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Re: DINOSAUR digest 695
On Sun, 21 Jun 1998 Matthew Troutman responded to this question from Tracy
>>2). Are tail feathers really needed to fly? I know birds do use them to
>>break and manevor, but just to fly around, is it really needed?
>Gatesy and Dial* have done lots of work on this issue. Basically in a
>bird's body there are three locomotor modules (locomotor
>module="anatomical subregions of the musculoskeletal system that are
>highly integrated and act as functional units during locomotion" Gatesy
>and Middleton 1997;308), pectoral, caudal, and hind limb. Gatesy and
>Dial have shown that the tail functions as a locomotor module during
>flight..............(my editing)................Gatesy and Dial also
>produce a cladogram based on their observations (and they show
>dromaeosaurs with one locomotor module, they really have two).
I appreciate Mathews clear citation of my work with Ken Dial and Kevin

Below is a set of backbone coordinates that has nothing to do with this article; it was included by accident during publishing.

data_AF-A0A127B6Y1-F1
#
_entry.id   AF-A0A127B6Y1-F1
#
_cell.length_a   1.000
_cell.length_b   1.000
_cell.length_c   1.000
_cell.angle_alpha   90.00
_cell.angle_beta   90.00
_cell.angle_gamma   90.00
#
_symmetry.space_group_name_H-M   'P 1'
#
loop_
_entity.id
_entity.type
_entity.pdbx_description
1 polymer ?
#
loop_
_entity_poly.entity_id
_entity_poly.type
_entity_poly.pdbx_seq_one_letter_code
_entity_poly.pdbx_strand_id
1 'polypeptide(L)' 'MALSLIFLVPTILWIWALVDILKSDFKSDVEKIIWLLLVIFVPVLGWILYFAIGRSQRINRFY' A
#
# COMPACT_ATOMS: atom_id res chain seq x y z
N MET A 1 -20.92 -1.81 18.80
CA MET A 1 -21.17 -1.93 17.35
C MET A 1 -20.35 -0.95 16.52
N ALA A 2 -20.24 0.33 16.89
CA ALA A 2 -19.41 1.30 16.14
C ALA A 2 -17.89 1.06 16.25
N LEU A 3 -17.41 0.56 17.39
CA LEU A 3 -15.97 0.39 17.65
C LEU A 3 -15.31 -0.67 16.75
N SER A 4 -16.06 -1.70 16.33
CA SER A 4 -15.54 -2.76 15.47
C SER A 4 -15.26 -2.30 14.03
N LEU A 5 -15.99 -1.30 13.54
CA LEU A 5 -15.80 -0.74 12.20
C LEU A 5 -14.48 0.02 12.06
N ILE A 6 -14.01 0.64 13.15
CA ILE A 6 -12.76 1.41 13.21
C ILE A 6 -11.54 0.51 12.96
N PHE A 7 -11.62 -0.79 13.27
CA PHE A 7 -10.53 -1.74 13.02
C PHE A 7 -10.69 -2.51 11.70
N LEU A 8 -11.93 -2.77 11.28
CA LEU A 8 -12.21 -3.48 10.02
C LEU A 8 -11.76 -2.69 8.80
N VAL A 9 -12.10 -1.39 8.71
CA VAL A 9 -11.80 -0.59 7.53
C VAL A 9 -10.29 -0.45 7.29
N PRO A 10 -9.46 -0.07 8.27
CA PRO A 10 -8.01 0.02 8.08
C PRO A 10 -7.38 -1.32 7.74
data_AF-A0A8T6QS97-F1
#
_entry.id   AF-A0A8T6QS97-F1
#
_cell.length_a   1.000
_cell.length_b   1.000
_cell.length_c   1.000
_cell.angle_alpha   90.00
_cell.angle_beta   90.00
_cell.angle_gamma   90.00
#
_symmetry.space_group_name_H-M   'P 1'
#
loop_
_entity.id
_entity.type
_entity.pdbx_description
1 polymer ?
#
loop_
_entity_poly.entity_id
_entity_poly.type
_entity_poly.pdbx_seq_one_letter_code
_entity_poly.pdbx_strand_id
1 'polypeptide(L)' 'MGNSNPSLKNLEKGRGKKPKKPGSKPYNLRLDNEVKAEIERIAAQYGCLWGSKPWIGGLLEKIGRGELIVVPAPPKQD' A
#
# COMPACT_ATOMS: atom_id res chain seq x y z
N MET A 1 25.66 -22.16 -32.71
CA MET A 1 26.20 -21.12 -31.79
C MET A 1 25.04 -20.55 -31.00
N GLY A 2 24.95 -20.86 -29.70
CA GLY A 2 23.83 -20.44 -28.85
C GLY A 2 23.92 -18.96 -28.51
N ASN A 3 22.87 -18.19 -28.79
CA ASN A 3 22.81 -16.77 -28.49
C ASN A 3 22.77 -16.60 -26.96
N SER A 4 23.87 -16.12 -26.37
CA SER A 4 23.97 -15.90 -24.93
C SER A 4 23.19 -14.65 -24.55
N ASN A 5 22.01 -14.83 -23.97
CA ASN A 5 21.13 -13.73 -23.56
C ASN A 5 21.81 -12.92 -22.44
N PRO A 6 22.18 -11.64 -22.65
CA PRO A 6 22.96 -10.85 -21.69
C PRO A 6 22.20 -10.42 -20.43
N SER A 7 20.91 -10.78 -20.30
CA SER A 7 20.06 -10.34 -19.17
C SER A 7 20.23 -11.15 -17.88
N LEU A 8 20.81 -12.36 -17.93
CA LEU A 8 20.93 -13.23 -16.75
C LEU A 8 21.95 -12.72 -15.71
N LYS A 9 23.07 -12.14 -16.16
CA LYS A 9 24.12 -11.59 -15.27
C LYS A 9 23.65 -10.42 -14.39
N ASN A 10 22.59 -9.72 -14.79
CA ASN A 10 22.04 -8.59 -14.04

Middleton- a good lesson to us all on this list. However, I want to
correct something that may have been unclear and question one of his
First, Ken and I did not "produce a cladogram based on their observations".
We merely reproduced a simplified cladogram of Sauria based on the work of
Gauthier, Sereno, Chiappe and others. We used this cladogram to study
theropod locomotion, not the other way around. I would never produce an
hypothesis of relationship based on modules or any other single character.
In fact, I've never produced a cladogram for theropods and intend to leave
that to those who do it best.
Second, as we discuss in the Evolution paper and elsewhere, the tail of
dromaeosaurs was more functionally decoupled from the hind limb than in
basal theropods, but not as liberated as in birds. Designating the tail as
an independent module is a judgement call, but one we would defer until it
took on aerodynamic function. Obviously, there is a gray area when
discussing concepts such as modules, but a functionally independent tail in
a terrestrial animal is more difficult to identify.
Stephen M. Gatesy
Dept. of Ecology & Evolutionary Biology
Providence, RI 02912